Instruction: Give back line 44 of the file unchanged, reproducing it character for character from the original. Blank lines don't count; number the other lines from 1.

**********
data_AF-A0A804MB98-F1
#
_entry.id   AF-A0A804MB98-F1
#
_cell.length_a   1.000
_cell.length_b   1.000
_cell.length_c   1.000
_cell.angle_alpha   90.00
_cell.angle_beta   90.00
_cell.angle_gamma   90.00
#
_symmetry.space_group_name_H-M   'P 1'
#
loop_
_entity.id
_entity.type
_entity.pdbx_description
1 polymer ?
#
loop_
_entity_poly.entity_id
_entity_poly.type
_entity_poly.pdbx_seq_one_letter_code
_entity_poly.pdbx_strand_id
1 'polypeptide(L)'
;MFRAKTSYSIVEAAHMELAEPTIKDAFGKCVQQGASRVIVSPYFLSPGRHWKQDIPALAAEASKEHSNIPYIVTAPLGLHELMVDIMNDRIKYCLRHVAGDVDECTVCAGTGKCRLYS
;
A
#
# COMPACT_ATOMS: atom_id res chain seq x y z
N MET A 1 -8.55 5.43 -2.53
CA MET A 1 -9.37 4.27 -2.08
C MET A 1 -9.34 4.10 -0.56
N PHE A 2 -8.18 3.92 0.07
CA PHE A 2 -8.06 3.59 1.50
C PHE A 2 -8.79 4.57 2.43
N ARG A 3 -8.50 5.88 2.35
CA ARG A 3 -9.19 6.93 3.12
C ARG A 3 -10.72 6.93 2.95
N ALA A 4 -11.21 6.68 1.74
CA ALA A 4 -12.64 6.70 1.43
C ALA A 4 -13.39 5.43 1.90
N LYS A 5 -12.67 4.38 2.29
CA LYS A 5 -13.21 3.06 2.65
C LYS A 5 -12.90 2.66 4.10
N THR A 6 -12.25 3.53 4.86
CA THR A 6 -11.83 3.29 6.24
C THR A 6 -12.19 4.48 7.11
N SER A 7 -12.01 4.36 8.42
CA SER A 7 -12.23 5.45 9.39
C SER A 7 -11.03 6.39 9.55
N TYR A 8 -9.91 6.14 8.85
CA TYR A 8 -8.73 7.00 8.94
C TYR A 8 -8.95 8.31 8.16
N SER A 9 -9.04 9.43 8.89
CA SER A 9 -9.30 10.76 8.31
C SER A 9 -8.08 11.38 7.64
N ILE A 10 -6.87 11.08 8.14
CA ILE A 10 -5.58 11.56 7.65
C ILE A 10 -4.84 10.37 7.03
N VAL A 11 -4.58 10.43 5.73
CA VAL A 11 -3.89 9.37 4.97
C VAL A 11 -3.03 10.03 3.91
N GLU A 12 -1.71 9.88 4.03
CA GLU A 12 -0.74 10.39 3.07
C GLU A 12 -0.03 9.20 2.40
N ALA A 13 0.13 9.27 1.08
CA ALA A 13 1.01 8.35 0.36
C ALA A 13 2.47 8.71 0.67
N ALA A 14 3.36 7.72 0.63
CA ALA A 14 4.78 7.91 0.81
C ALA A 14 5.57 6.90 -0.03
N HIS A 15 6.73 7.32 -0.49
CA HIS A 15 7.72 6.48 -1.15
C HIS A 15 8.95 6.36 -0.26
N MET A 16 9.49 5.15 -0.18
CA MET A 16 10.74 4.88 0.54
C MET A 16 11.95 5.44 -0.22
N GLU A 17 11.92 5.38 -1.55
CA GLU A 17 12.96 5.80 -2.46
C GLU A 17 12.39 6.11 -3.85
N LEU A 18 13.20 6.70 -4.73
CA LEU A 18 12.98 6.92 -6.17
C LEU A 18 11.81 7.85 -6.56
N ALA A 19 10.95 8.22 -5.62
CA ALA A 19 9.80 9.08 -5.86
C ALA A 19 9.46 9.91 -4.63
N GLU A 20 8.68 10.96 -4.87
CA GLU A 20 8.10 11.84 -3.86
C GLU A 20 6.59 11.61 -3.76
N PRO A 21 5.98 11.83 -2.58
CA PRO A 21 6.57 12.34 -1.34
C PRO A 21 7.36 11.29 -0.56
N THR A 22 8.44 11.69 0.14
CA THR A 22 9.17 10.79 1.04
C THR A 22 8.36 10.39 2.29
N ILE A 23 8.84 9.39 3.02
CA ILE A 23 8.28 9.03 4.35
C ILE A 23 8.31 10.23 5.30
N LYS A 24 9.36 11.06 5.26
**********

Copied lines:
CA LYS A 5 -13.21 3.06 2.65